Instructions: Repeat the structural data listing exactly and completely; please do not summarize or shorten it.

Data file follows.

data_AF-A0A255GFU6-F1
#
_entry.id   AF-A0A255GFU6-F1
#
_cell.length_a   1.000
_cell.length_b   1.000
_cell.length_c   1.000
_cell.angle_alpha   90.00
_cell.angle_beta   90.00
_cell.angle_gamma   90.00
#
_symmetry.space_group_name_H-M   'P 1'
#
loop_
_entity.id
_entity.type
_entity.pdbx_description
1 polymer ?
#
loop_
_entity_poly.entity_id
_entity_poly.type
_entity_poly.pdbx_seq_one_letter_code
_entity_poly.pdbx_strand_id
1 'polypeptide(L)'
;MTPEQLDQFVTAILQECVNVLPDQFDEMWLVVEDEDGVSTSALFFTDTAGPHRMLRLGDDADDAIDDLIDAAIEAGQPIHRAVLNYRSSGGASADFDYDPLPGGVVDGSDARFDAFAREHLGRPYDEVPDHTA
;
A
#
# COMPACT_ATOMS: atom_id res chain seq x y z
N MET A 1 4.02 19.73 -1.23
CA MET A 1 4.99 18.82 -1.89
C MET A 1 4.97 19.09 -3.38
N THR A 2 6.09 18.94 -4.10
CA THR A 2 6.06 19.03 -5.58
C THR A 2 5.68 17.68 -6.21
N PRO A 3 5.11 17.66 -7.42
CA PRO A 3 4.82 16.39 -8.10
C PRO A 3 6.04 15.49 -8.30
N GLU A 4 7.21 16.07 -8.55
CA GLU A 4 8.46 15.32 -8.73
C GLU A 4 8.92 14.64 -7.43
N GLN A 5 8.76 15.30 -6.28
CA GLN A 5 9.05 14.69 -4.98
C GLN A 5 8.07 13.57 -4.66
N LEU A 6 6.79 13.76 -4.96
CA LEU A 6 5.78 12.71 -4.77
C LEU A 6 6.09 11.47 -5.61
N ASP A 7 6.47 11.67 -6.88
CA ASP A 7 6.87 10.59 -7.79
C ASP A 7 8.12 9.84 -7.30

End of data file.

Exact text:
data_AF-A0A255GFU6-F1
#
_entry.id   AF-A0A255GFU6-F1
#
_cell.length_a   1.000
_cell.length_b   1.000
_cell.length_c   1.000
_cell.angle_alpha   90.00
_cell.angle_beta   90.00
_cell.angle_gamma   90.00
#
_symmetry.space_group_name_H-M   'P 1'
#
loop_
_entity.id
_entity.type
_entity.pdbx_description
1 polymer ?
#
loop_
_entity_poly.entity_id
_entity_poly.type
_entity_poly.pdbx_seq_one_letter_code
_entity_poly.pdbx_strand_id
1 'polypeptide(L)'
;MTPEQLDQFVTAILQECVNVLPDQFDEMWLVVEDEDGVSTSALFFTDTAGPHRMLRLGDDADDAIDDLIDAAIEAGQPIHRAVLNYRSSGGASADFDYDPLPGGVVDGSDARFDAFAREHLGRPYDEVPDHTA
;
A
#
# COMPACT_ATOMS: atom_id res chain seq x y z
N MET A 1 4.02 19.73 -1.23
CA MET A 1 4.99 18.82 -1.89
C MET A 1 4.97 19.09 -3.38
N THR A 2 6.09 18.94 -4.10
CA THR A 2 6.06 19.03 -5.58
C THR A 2 5.68 17.68 -6.21
N PRO A 3 5.11 17.66 -7.42
CA PRO A 3 4.82 16.39 -8.10
C PRO A 3 6.04 15.49 -8.30
N GLU A 4 7.21 16.07 -8.55
CA GLU A 4 8.46 15.32 -8.73
C GLU A 4 8.92 14.64 -7.43
N GLN A 5 8.76 15.30 -6.28
CA GLN A 5 9.05 14.69 -4.98
C GLN A 5 8.07 13.57 -4.66
N LEU A 6 6.79 13.76 -4.96
CA LEU A 6 5.78 12.71 -4.77
C LEU A 6 6.09 11.47 -5.61
N ASP A 7 6.47 11.67 -6.88
CA ASP A 7 6.87 10.59 -7.79
C ASP A 7 8.12 9.84 -7.30